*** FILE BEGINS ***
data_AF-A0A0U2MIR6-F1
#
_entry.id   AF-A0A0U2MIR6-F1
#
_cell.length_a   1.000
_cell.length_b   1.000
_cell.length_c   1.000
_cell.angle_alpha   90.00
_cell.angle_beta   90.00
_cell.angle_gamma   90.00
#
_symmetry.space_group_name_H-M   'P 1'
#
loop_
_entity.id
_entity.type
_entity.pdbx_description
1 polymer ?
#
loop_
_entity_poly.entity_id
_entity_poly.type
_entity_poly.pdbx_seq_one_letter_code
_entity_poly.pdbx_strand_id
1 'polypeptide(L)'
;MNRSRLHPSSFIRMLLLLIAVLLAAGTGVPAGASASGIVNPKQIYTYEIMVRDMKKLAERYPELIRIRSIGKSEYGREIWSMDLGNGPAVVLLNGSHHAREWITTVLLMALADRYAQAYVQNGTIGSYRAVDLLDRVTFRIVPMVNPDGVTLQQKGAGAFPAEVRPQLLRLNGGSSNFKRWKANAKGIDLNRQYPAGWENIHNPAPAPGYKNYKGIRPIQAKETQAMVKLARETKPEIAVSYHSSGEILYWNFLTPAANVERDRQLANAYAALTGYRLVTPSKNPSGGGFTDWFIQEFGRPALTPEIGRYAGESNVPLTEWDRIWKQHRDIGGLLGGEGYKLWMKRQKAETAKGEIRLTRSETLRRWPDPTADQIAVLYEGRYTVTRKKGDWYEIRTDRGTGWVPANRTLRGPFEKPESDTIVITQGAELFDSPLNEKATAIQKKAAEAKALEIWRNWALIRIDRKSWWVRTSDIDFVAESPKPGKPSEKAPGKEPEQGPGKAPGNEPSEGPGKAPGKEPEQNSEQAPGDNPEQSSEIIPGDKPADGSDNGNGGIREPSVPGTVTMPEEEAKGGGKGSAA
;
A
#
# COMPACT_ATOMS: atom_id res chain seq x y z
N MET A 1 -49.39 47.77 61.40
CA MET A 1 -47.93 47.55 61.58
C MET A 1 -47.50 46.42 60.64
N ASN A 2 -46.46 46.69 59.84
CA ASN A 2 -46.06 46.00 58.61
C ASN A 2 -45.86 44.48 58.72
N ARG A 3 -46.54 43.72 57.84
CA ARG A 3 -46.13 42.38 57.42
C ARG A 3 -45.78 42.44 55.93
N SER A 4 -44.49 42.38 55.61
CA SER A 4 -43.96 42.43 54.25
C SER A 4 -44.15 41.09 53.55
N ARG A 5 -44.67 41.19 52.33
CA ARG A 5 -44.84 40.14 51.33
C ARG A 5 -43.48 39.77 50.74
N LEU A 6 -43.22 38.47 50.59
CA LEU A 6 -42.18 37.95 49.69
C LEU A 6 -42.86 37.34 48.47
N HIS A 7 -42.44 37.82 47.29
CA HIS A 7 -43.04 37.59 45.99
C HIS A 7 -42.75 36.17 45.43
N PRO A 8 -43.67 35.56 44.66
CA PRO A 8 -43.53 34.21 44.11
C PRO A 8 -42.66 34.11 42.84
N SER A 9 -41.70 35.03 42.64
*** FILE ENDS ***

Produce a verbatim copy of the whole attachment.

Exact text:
data_AF-A0A0U2MIR6-F1
#
_entry.id   AF-A0A0U2MIR6-F1
#
_cell.length_a   1.000
_cell.length_b   1.000
_cell.length_c   1.000
_cell.angle_alpha   90.00
_cell.angle_beta   90.00
_cell.angle_gamma   90.00
#
_symmetry.space_group_name_H-M   'P 1'
#
loop_
_entity.id
_entity.type
_entity.pdbx_description
1 polymer ?
#
loop_
_entity_poly.entity_id
_entity_poly.type
_entity_poly.pdbx_seq_one_letter_code
_entity_poly.pdbx_strand_id
1 'polypeptide(L)'
;MNRSRLHPSSFIRMLLLLIAVLLAAGTGVPAGASASGIVNPKQIYTYEIMVRDMKKLAERYPELIRIRSIGKSEYGREIWSMDLGNGPAVVLLNGSHHAREWITTVLLMALADRYAQAYVQNGTIGSYRAVDLLDRVTFRIVPMVNPDGVTLQQKGAGAFPAEVRPQLLRLNGGSSNFKRWKANAKGIDLNRQYPAGWENIHNPAPAPGYKNYKGIRPIQAKETQAMVKLARETKPEIAVSYHSSGEILYWNFLTPAANVERDRQLANAYAALTGYRLVTPSKNPSGGGFTDWFIQEFGRPALTPEIGRYAGESNVPLTEWDRIWKQHRDIGGLLGGEGYKLWMKRQKAETAKGEIRLTRSETLRRWPDPTADQIAVLYEGRYTVTRKKGDWYEIRTDRGTGWVPANRTLRGPFEKPESDTIVITQGAELFDSPLNEKATAIQKKAAEAKALEIWRNWALIRIDRKSWWVRTSDIDFVAESPKPGKPSEKAPGKEPEQGPGKAPGNEPSEGPGKAPGKEPEQNSEQAPGDNPEQSSEIIPGDKPADGSDNGNGGIREPSVPGTVTMPEEEAKGGGKGSAA
;
A
#
# COMPACT_ATOMS: atom_id res chain seq x y z
N MET A 1 -49.39 47.77 61.40
CA MET A 1 -47.93 47.55 61.58
C MET A 1 -47.50 46.42 60.64
N ASN A 2 -46.46 46.69 59.84
CA ASN A 2 -46.06 46.00 58.61
C ASN A 2 -45.86 44.48 58.72
N ARG A 3 -46.54 43.72 57.84
CA ARG A 3 -46.13 42.38 57.42
C ARG A 3 -45.78 42.44 55.93
N SER A 4 -44.49 42.38 55.61
CA SER A 4 -43.96 42.43 54.25
C SER A 4 -44.15 41.09 53.55
N ARG A 5 -44.67 41.19 52.33
CA ARG A 5 -44.84 40.14 51.33
C ARG A 5 -43.48 39.77 50.74
N LEU A 6 -43.22 38.47 50.59
CA LEU A 6 -42.18 37.95 49.69
C LEU A 6 -42.86 37.34 48.47
N HIS A 7 -42.44 37.82 47.29
CA HIS A 7 -43.04 37.59 45.99
C HIS A 7 -42.75 36.17 45.43
N PRO A 8 -43.67 35.56 44.66
CA PRO A 8 -43.53 34.21 44.11
C PRO A 8 -42.66 34.11 42.84
N SER A 9 -41.70 35.03 42.64